Halloween Costume Safety Tips Every Parent Can Rely On
When you think about keeping your children safe on Halloween, you think about checking out their candy to ensure that it’s safe (and maybe snagging a piece or two “just to be sure”), teaching them to stick with their buddies, and outfitting them with reflective necklaces and flashlights to make sure they can see in the dark and that drivers can see them too. The one thing most parents never question is the safety of their child’s Halloween costume. But according to recent reports from the United States Customs and Border Protection (U.S. CBP) this should be one of your top priorities this, and every, year. Here are some often-overlooked safety features that parents should consider for their child’s costume:
- Costume fabric. All Halloween costumes, and all children’s clothing items for that matter, are required to be flame resistant. Look for costumes made from polyester, nylon, and other synthetic fibers, which meet the standard requirements for flame resistance. You can also look for “Flame Resistant” labels on the costume packaging.
- Accessories. Taking the time to ensure the flame resistance of your child’s costume is an excellent start and should be followed up by a thorough examination of accessories. This includes tights, wings, wigs, hats, jewelry, and even makeup and colored hairspray. Read all of the information about the products you intend to use before you make a purchase.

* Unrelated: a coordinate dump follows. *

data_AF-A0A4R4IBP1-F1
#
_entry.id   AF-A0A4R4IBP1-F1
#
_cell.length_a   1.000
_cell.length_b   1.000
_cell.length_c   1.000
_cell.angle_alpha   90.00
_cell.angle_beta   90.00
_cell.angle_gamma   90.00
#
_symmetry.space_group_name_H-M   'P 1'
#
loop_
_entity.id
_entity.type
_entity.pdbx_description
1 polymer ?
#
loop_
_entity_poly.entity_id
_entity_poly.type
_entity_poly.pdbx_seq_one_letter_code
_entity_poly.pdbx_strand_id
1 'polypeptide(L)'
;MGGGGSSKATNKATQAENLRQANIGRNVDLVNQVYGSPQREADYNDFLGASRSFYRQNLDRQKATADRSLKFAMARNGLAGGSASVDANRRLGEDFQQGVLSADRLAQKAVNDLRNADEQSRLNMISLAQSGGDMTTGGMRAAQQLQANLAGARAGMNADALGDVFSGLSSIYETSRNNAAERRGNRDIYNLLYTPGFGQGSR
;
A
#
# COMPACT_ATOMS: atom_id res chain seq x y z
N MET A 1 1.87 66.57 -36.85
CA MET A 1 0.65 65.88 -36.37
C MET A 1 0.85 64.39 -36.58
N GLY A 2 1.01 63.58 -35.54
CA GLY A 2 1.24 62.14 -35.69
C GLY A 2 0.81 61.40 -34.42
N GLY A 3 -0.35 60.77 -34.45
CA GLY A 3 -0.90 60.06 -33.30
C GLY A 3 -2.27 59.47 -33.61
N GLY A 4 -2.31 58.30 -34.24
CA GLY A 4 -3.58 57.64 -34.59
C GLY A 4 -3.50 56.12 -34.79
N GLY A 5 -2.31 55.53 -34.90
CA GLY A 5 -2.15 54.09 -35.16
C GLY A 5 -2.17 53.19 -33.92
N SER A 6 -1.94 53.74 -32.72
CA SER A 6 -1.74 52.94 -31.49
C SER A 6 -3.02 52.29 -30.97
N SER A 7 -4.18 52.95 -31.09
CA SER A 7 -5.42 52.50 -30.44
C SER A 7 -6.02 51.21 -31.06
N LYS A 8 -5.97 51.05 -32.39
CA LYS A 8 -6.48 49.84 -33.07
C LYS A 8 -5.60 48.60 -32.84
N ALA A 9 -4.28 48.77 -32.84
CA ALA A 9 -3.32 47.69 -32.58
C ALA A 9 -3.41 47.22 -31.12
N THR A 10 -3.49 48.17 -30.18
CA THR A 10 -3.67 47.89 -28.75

- Lighting. Some costumes come equipped with lighting and some parents choose to equip their children with reflective buttons, necklaces, and other light-up toys for safety. Always check the safety features of these items and never buy a product that doesn’t have these features listed. Toys, just like all other Halloween items, must be flame resistant!
What to Do if Your Child is Injured by Their Halloween Costume
If your child suffers injuries on Halloween that are directly related to their Halloween costume, you should take your child and the costume directly to the emergency room. Avoid home-treating serious burns and if the object or fabric is stuck to your child’s skin, do not remove it—let a qualified medical technician do this instead to protect your child from further injury.